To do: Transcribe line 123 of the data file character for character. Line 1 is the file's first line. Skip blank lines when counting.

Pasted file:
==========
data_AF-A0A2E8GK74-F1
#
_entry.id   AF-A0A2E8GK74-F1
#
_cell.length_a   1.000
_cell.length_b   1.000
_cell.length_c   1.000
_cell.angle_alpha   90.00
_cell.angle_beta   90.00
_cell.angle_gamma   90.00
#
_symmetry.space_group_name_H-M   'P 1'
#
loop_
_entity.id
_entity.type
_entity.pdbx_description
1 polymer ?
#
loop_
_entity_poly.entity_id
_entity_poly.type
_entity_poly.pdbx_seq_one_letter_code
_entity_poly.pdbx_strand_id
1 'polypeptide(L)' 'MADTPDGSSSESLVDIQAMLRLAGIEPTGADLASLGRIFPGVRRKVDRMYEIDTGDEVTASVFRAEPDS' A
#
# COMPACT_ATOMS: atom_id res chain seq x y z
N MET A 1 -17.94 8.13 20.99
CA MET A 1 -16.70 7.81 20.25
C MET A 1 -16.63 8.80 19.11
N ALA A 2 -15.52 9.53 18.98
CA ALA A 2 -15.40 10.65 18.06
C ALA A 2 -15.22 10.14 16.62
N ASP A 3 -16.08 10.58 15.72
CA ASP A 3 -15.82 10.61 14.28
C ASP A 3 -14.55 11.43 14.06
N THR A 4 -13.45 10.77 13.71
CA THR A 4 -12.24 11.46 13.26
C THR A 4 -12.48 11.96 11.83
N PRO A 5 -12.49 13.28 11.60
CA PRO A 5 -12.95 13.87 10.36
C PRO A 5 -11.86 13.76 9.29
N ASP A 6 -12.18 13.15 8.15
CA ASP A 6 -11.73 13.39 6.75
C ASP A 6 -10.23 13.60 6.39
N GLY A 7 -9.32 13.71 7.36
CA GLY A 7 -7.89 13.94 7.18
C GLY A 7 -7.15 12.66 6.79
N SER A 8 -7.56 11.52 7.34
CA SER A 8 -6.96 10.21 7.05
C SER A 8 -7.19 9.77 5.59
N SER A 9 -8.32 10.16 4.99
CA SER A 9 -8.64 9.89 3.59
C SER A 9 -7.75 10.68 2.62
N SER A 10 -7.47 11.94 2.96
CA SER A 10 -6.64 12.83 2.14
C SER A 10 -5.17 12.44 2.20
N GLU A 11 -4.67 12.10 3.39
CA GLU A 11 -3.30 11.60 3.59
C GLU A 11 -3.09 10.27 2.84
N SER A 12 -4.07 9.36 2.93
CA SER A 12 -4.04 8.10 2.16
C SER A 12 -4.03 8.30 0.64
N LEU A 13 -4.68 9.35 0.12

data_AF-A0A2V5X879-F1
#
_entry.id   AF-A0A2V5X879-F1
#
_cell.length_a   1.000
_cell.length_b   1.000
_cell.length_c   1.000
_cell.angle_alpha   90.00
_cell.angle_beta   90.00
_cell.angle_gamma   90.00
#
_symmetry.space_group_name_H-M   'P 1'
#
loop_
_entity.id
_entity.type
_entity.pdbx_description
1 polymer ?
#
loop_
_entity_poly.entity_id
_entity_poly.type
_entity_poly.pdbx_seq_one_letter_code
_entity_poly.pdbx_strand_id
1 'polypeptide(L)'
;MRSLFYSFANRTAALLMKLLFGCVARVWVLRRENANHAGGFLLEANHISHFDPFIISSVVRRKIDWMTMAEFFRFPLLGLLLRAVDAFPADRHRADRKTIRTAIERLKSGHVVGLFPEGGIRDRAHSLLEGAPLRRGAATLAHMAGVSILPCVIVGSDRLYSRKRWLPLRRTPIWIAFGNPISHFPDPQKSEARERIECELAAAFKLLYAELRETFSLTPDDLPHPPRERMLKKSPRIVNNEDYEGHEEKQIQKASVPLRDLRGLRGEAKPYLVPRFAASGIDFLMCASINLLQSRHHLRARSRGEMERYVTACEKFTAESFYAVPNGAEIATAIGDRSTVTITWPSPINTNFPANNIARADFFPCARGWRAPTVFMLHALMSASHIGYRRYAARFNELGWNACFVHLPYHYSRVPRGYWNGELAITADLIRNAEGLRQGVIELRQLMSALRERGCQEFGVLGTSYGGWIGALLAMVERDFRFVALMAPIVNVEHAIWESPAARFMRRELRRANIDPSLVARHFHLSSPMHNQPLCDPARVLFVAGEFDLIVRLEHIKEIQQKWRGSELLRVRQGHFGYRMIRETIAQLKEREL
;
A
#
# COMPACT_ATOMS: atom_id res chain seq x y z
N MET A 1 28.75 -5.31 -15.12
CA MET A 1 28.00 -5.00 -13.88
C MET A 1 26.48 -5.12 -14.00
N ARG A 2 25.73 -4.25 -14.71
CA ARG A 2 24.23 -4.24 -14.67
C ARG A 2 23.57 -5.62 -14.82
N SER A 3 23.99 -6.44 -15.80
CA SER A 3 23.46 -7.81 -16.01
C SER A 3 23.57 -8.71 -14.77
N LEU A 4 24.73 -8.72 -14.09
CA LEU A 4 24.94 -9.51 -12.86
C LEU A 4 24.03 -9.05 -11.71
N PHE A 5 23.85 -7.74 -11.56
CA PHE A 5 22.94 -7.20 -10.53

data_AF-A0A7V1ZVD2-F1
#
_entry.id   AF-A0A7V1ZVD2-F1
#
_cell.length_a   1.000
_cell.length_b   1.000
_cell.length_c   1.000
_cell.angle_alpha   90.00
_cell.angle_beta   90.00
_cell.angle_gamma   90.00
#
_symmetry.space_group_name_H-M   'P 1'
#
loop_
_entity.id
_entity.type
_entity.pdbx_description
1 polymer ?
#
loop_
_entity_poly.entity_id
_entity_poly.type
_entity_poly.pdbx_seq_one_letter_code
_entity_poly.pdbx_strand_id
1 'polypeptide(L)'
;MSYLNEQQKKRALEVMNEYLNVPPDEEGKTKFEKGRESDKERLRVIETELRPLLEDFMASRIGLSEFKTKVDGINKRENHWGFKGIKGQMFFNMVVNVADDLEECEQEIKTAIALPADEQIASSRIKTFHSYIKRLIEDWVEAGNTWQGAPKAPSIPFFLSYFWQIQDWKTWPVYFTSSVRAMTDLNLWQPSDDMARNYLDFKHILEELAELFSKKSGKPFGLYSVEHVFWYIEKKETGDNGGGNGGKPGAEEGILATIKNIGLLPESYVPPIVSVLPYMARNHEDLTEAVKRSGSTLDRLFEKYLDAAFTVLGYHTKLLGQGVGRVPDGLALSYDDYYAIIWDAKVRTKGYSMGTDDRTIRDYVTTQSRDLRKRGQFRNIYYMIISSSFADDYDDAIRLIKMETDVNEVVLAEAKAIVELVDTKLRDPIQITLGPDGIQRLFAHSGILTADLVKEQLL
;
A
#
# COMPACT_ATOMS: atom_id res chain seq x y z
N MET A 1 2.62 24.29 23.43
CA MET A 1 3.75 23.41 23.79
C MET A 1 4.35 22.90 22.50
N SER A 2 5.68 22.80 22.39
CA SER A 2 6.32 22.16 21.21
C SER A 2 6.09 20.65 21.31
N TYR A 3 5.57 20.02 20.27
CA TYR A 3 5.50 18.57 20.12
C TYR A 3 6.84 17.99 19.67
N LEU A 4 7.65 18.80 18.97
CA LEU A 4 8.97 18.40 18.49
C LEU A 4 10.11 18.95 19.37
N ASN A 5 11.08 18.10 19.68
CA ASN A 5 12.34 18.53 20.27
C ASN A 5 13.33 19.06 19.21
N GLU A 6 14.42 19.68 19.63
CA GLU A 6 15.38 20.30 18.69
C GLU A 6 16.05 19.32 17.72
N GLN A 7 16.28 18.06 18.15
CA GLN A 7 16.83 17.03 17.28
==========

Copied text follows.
_entity.id